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Make your own ACV - Apple cider vinegar

How to Make your own Apple Cider Vinegar


Makes approximately 1 liter


Ingredients
5 large apples of choice or the scraps of 10 apples
Water
1 cup raw honey or organic cane sugar 


Equipment
1 wide mouth glass jar 
Cheesecloth or floursack cloth 
Large rubber band


Instructions
Before you can make your apple cider vinegar, you must first make hard apple cider.
The alcohol in the hard cider is what transforms via fermentation into acetic acid, which is
the beneficial organic compound that gives apple cider vinegar its sour taste.

Wash the apples and coarsely chop into pieces no smaller than 1 inch. Cores, stems and
seeds may be included.

Put the chopped apples into a clean, wide mouth, glass jar. It should be a at least a 40 oz (min. 1 liter)  jar. 

The chopped apples should at least fill half the container and maybe a bit more. If half the container is not filled, add additional apple scraps until you achieve this level as a minimum.


Pour in room temperature water until the chopped apples are completely covered
and the container is just about full leaving a couple of inches at the top.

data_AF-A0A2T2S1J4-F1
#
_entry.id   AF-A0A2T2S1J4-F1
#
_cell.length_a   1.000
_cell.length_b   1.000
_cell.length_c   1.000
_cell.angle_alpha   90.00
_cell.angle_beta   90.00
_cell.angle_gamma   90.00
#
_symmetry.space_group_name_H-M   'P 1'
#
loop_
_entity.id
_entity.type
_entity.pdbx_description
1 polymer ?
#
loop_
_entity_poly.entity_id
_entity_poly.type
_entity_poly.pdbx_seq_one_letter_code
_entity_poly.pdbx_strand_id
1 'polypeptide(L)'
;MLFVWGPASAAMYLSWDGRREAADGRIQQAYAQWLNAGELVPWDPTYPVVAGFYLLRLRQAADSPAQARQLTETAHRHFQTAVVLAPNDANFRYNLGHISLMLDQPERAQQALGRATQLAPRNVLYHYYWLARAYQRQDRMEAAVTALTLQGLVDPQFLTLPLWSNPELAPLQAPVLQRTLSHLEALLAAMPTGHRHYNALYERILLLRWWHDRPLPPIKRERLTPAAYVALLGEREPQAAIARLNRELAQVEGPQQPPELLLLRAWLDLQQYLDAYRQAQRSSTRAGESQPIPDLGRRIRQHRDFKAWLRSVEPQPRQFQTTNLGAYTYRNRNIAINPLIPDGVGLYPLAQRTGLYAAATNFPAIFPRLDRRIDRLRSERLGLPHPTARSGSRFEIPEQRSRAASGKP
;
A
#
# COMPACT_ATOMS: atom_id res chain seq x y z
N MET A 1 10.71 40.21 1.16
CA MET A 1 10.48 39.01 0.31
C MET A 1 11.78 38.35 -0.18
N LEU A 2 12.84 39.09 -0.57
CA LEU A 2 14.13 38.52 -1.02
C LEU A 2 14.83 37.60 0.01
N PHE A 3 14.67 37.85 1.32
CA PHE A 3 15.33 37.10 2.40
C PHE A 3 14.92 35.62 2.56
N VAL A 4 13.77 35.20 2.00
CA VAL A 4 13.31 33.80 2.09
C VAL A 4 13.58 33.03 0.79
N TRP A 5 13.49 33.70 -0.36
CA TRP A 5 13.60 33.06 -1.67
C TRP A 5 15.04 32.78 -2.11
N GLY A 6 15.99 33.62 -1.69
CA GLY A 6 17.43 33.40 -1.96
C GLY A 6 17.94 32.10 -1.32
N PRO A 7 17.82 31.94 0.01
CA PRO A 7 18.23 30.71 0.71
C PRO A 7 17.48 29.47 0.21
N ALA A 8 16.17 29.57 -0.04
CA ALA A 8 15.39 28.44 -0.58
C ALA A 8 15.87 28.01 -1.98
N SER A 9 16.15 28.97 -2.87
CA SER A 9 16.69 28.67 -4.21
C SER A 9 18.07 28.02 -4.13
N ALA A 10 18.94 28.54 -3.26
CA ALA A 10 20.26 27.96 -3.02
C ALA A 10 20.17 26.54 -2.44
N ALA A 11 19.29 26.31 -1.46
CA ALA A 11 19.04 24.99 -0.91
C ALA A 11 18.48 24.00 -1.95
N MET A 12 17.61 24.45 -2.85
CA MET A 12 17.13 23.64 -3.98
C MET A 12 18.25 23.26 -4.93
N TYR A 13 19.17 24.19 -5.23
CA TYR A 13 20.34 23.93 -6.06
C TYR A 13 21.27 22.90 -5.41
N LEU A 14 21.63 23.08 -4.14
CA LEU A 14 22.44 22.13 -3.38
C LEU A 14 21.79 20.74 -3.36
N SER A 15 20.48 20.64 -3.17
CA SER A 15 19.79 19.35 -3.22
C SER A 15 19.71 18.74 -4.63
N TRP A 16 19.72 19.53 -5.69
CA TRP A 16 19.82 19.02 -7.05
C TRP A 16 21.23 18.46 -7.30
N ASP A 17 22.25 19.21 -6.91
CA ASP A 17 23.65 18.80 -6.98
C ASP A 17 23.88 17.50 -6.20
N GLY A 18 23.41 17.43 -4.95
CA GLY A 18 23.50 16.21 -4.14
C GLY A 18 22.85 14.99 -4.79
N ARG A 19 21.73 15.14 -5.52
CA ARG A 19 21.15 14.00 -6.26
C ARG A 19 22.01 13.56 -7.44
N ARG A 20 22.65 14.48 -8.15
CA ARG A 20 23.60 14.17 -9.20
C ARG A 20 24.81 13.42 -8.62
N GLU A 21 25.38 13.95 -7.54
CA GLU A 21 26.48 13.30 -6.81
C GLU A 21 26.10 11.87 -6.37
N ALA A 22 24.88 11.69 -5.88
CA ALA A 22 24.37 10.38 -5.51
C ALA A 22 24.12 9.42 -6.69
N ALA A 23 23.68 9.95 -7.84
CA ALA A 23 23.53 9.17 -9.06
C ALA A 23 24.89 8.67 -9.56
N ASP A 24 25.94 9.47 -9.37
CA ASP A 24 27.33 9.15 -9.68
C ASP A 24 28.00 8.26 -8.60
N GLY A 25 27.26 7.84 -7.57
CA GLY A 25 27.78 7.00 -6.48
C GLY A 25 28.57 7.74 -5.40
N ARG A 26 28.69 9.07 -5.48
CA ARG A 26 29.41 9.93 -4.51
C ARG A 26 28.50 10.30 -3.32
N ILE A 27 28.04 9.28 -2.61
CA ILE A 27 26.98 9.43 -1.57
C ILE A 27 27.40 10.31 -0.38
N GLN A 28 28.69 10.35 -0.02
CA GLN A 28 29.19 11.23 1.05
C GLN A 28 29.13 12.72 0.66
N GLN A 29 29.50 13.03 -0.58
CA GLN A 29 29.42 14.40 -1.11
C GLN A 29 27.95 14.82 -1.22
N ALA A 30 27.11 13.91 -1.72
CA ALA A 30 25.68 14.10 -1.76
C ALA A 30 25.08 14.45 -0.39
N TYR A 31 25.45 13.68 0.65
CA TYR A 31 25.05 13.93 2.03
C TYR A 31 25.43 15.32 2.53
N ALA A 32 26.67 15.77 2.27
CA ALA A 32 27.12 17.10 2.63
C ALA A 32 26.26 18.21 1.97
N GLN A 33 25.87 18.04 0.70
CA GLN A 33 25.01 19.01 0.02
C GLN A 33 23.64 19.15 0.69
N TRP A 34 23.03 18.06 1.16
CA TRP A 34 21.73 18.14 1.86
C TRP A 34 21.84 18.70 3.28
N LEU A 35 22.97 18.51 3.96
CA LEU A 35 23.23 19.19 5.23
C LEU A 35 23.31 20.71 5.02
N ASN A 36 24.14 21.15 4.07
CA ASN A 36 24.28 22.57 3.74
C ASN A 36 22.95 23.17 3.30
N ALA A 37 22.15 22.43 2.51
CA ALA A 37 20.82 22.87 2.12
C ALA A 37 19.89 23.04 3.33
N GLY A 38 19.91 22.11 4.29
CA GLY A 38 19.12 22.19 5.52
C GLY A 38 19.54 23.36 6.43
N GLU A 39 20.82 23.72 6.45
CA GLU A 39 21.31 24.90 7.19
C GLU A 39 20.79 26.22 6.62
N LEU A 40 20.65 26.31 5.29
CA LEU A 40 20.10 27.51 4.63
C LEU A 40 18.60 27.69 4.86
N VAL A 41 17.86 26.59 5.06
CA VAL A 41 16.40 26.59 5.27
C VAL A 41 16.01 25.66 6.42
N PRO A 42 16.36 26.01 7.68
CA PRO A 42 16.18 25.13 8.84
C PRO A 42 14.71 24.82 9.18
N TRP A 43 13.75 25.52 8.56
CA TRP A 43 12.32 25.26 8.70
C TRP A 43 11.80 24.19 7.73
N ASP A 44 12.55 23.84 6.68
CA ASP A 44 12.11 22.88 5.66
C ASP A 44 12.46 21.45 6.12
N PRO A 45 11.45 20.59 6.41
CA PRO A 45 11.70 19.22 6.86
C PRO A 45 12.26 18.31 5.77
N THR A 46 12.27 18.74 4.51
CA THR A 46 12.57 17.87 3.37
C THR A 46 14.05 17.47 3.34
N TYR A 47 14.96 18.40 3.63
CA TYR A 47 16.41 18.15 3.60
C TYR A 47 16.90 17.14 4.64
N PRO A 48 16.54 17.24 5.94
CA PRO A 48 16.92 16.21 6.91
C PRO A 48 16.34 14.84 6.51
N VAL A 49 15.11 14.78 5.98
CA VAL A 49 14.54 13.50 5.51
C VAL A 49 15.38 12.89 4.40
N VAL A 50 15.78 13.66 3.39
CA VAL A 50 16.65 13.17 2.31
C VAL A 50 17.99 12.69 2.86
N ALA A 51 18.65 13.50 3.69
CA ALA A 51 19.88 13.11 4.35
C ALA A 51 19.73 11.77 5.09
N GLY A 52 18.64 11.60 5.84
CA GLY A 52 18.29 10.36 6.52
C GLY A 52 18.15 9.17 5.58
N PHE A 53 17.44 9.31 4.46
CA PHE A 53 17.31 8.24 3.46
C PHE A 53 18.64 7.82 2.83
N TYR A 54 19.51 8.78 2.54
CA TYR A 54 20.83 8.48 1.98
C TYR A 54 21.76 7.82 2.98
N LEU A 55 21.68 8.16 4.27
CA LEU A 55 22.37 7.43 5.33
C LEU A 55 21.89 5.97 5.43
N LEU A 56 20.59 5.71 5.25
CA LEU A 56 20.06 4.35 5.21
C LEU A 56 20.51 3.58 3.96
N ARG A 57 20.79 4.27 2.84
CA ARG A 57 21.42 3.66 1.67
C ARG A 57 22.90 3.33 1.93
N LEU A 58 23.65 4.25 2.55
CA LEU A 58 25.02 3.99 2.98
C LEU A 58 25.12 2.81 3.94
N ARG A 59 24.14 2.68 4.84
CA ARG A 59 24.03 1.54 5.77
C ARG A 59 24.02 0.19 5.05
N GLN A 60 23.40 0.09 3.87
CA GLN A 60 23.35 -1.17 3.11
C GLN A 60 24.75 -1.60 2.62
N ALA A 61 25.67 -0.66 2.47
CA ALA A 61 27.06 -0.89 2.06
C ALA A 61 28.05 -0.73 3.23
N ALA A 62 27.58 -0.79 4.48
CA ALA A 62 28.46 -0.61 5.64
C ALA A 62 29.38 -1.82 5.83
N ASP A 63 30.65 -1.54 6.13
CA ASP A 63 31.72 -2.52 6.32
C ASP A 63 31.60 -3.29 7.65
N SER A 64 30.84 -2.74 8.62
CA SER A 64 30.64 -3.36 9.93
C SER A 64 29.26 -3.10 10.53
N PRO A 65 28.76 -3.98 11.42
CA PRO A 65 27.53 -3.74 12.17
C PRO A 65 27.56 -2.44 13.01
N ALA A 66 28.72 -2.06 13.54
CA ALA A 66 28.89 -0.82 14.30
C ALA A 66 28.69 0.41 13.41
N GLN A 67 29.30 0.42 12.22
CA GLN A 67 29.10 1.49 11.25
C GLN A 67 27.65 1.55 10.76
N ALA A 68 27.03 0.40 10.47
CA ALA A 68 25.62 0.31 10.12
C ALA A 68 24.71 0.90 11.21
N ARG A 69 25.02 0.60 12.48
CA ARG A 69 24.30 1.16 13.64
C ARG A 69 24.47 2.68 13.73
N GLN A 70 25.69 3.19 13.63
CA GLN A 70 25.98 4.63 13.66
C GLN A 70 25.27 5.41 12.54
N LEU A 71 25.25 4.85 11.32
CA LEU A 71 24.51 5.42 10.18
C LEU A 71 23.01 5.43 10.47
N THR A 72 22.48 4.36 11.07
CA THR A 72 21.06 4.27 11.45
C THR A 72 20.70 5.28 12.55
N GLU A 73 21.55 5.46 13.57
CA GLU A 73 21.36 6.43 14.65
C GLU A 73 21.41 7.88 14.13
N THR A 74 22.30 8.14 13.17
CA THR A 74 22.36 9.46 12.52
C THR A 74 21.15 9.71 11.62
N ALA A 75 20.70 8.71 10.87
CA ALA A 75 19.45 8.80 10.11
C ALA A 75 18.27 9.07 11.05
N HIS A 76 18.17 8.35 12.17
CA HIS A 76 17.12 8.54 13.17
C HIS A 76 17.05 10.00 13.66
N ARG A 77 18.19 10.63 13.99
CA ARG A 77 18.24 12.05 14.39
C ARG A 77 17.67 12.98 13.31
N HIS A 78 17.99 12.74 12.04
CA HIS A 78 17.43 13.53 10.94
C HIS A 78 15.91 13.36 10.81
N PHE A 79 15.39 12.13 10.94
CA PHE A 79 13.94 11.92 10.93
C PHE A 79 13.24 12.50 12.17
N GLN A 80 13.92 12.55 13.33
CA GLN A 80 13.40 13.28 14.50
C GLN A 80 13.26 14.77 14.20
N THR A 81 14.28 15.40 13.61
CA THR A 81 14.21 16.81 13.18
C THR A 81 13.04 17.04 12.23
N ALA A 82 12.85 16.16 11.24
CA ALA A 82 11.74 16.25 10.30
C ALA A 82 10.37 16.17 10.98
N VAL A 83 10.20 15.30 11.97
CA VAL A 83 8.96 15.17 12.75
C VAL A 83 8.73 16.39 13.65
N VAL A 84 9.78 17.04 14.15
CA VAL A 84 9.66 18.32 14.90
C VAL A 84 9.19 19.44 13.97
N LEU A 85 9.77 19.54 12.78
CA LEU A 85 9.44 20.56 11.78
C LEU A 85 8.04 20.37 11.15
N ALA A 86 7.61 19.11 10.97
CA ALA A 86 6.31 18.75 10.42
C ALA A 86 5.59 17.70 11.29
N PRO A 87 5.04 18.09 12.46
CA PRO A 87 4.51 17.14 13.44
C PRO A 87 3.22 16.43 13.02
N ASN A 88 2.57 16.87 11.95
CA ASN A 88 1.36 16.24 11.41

Stir in the raw honey or cane sugar until fully dissolved.

Cover the top of the glass jar with cheesecloth, a thin white dishtowel or floursack cloth
and secure with a large rubber band.

Leave on the counter for about 1-2 weeks, gently mixing once or twice a day. Bubbles will
begin to form as the sugar ferments into alcohol. You will smell this happening.

When the apple scraps no longer float and sink to the bottom of the jar after approximately
one week, the hard apple cider is ready. If for some reason, the apple pieces still do not
sink to the bottom after 2 weeks but the mixture smells alcoholic, proceed to the next step
anyway.


Strain out the apple scraps and pour the hard apple cider into a fresh glass jar.


Cover with a fresh piece of cheesecloth and secure with a rubberband.

Leave on the counter in an out of the way spot for an additional 3-4 weeks to allow the
alcohol to transform into acetic acid by the action of acetic acid bacteria (these are the
good guys!). A small amount of sediment on the bottom is normal. In addition, a mother
culture will form on top.


Taste your raw apple cider vinegar to determine if it is ready starting after 3 weeks. If it has the right level of vinegar taste for you, strain it one more time and store in clean, glass
mason jars or jugs.

If after 4 weeks, the taste still isn’t quite strong enough, leave it for another week and try again.

If you accidentally leave it too long and the taste is too strong, just strain and dilute with some water to a level of acidity that pleases you.

Use as desired and store in the pantry out of direct sunlight.

Raw apple cider vinegar doesn’t go bad, but if you leave it for a long time, another mother
culture will likely form on top. This is fine, just strain it again if desired and dilute with a bit
of water if the taste has become too strong.


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